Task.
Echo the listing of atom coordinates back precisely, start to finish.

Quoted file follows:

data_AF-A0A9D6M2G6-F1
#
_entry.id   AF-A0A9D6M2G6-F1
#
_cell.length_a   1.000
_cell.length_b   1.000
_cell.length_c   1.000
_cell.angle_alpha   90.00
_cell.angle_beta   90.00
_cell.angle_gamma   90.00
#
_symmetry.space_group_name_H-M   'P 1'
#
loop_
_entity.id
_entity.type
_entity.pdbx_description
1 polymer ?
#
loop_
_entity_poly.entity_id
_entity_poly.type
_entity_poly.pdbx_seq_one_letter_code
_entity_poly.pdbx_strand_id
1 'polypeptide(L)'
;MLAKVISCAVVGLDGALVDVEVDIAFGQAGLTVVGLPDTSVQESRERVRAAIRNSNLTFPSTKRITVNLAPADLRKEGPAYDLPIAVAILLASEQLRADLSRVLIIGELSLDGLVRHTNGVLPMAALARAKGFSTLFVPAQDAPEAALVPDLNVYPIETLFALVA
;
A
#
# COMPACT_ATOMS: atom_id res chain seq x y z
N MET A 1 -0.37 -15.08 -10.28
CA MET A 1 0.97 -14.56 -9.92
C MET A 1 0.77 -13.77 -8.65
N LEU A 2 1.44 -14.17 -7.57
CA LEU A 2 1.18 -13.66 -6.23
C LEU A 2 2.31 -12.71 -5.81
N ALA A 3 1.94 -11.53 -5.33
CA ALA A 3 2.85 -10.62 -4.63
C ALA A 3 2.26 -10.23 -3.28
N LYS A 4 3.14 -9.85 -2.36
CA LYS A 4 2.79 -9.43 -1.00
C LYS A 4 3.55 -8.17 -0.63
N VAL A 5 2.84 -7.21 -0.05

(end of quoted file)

data_AF-A0A9D6M2G6-F1
#
_entry.id   AF-A0A9D6M2G6-F1
#
_cell.length_a   1.000
_cell.length_b   1.000
_cell.length_c   1.000
_cell.angle_alpha   90.00
_cell.angle_beta   90.00
_cell.angle_gamma   90.00
#
_symmetry.space_group_name_H-M   'P 1'
#
loop_
_entity.id
_entity.type
_entity.pdbx_description
1 polymer ?
#
loop_
_entity_poly.entity_id
_entity_poly.type
_entity_poly.pdbx_seq_one_letter_code
_entity_poly.pdbx_strand_id
1 'polypeptide(L)'
;MLAKVISCAVVGLDGALVDVEVDIAFGQAGLTVVGLPDTSVQESRERVRAAIRNSNLTFPSTKRITVNLAPADLRKEGPAYDLPIAVAILLASEQLRADLSRVLIIGELSLDGLVRHTNGVLPMAALARAKGFSTLFVPAQDAPEAALVPDLNVYPIETLFALVA
;
A
#
# COMPACT_ATOMS: atom_id res chain seq x y z
N MET A 1 -0.37 -15.08 -10.28
CA MET A 1 0.97 -14.56 -9.92
C MET A 1 0.77 -13.77 -8.65
N LEU A 2 1.44 -14.17 -7.57
CA LEU A 2 1.18 -13.66 -6.23
C LEU A 2 2.31 -12.71 -5.81
N ALA A 3 1.94 -11.53 -5.33
CA ALA A 3 2.85 -10.62 -4.63
C ALA A 3 2.26 -10.23 -3.28
N LYS A 4 3.14 -9.85 -2.36
CA LYS A 4 2.79 -9.43 -1.00
C LYS A 4 3.55 -8.17 -0.63
N VAL A 5 2.84 -7.21 -0.05